February 8, 2016

DPLA, Syracuse, Library Blogs Take Part in SOPA/PIPA Protest


Thousands of websites, from major sites like the social news website Reddit, the Internet Archive’s main site, and the English-language version of Wikipedia, to small personal WordPress blogs, have “gone dark” today as part of a coordinated protest against the controversial Stop Online Piracy Act (SOPA), currently in committee in the House, and the Preventing Real Online Threats to Economic Creativity and Theft of Intellectual Property Act (PIPA), scheduled for a Senate vote on January 24. Among the sites taking part are those of  Digital Public Library of America and the Syracuse University iSchool, as well as several popular blogs in the library world.

The legislation primarily targets copyright infringement by foreign websites, but enforcement provisions, which have included website blocking provisions, have drawn fire from critics. The protesting sites generally consist of a single page explaining the protest, containing links for more information about the legislation. (A list of some announced sites that are participating is here.)

The website of the Digital Public Library of America has a statement saying that the legislation “would force libraries to censor access to [written, recorded, and visual] culture, expose librarians to criminal penalties for doing their jobs, and threaten the network on which the future Digital Public Library of America would rely.”

Syracuse University’s School of Information Studies (iSchool) is also taking part in the protest. In a blog post yesterday, graduate student Isaac Budmen detailed the issues surrounding the legislation, and wrote:

This is our moment—the moment where we can shape the future of information, technology and the collective human knowledge. I challenge you to learn, to consider, to learn some more and then to choose your stance on SOPA and PIPA. I hope you choose to stand with all of us here at the iSchool, and fight to protect the right to share information openly.

Librarian blogs taking part include Vermont librarian Jessamyn West’s librarian.net blog (which today has the statement, “Dear Congress, It’s No Longer OK To Not Know How The Internet Works”); San Rafael, CA-based librarian Sarah Houghton’s Librarian in Black blog; University of Tennessee at Chattanooga librarian and technologist Jason Griffey’s Pattern Recognition blog; and the library news site LISNews, among others.

In a blog post today, Corey Williams, the associate director of the Office of Government Relations for the American Library Association (ALA), wrote that the ALA “applauds” all of the websites taking part in the protest.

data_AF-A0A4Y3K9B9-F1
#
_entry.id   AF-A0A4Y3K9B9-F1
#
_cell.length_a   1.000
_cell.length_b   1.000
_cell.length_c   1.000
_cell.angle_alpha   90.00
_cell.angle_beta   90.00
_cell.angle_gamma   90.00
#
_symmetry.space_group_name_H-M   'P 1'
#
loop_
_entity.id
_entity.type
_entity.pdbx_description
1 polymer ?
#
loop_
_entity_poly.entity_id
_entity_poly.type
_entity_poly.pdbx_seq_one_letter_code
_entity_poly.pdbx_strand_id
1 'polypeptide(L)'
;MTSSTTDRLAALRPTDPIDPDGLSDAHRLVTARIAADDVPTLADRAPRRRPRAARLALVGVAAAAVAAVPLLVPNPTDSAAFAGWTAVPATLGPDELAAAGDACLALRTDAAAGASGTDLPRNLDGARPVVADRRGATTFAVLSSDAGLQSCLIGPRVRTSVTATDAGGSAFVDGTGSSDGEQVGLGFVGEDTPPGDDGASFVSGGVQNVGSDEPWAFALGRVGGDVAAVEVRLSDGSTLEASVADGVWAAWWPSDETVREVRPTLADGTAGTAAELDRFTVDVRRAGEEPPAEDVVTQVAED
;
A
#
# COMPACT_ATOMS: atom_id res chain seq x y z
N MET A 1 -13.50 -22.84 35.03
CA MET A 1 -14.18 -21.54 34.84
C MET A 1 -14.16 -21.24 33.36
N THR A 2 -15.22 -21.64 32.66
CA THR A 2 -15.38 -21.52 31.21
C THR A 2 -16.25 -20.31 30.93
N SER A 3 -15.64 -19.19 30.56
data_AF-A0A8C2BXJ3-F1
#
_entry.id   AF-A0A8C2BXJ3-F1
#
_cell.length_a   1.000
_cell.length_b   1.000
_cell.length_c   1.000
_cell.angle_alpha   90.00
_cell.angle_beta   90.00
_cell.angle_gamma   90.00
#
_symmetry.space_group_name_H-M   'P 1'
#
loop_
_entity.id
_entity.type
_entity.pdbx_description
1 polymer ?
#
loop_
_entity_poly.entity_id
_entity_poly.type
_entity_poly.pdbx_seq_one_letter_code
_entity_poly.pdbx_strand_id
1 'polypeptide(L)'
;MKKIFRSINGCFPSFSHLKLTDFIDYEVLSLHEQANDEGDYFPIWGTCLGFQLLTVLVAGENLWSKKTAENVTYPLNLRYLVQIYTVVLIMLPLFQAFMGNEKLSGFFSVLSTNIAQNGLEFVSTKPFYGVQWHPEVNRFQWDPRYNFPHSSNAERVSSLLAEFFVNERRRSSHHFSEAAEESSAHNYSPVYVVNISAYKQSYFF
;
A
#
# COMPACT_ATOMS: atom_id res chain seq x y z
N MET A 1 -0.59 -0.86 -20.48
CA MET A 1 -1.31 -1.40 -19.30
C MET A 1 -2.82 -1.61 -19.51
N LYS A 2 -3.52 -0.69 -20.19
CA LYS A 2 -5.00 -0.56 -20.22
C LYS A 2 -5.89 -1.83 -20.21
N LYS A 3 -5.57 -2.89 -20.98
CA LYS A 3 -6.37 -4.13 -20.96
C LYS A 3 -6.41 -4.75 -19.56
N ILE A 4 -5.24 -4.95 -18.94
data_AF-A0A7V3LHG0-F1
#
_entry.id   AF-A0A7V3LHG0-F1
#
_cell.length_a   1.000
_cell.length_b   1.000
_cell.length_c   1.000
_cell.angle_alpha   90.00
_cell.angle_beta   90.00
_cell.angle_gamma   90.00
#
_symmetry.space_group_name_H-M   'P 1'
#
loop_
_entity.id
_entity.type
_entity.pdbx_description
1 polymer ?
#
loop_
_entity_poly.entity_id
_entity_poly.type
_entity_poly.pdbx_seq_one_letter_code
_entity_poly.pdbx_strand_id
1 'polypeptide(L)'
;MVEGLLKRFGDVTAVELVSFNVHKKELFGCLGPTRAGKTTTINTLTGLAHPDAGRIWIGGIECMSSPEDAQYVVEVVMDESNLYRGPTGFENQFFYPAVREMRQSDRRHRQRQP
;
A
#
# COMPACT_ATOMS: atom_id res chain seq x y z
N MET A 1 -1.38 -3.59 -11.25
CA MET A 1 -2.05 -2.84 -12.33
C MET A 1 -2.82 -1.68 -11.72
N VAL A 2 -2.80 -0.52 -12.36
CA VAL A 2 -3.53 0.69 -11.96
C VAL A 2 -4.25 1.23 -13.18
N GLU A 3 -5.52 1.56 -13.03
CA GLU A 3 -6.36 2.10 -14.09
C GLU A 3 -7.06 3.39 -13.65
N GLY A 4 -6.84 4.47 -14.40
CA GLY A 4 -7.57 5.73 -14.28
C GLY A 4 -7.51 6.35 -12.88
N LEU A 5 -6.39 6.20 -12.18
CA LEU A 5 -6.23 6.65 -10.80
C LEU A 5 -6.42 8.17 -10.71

“The day-long blocking of websites highlights the outright denial of access to information these bills would likely impose,” he wrote. “Ironically, for two bills that are supposed to combat ‘foreign’ counterfeiting or copyright infringing, today’s demonstration highlights how they would likely hit home right here in the U.S.”

As LJ reported, White House technology officials came out firmly on January 14 against provisions involving website blocking, one of the most controversial aspects of SOPA and PIPA. (SOPA opponent Rep. Darrell Issa (R-CA) announced Friday that House Majority Leader Eric Cantor (R-VA) said that the provision would be removed from SOPA, and that the bill would not come to a vote until there had been more work “to address outstanding concerns.”)

The Library Copyright Alliance, made up of the ALA, the Association of Research Libraries, and the Association of College & Research Libraries, expressed concern about SOPA in November. (A draft version of a third bill released last month and touted as an alternative to SOPA and PIPA, the OPEN Act, was welcomed by the LCA.)

On January 10, the ALA’s Washington office released a “PIPA, SOPA and the OPEN Act Reference Guide” [PDF] detailing the differences between the various bills.

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On October 14, 2015 Library Journal, School Library Journal, and thousands of library professionals from around the world gathered for the 6th annual Digital Shift virtual conference to focus on the challenges and opportunities presented by the digital transition’s impact on libraries, their communities, and partners. Now available on-demand, this year’s program provides actionable answers to some of the biggest questions our profession faces for and from libraries of all types – school, academic, and public and features thought-provoking keynotes from John Palfrey, author of BiblioTech: Why Libraries Matter More Than Ever in the Age of Google, and Denise Jacobs, tech leader, author, and creativity evangelist.
David Rapp About David Rapp

Associate editor David Rapp previously covered technology for Library Journal.


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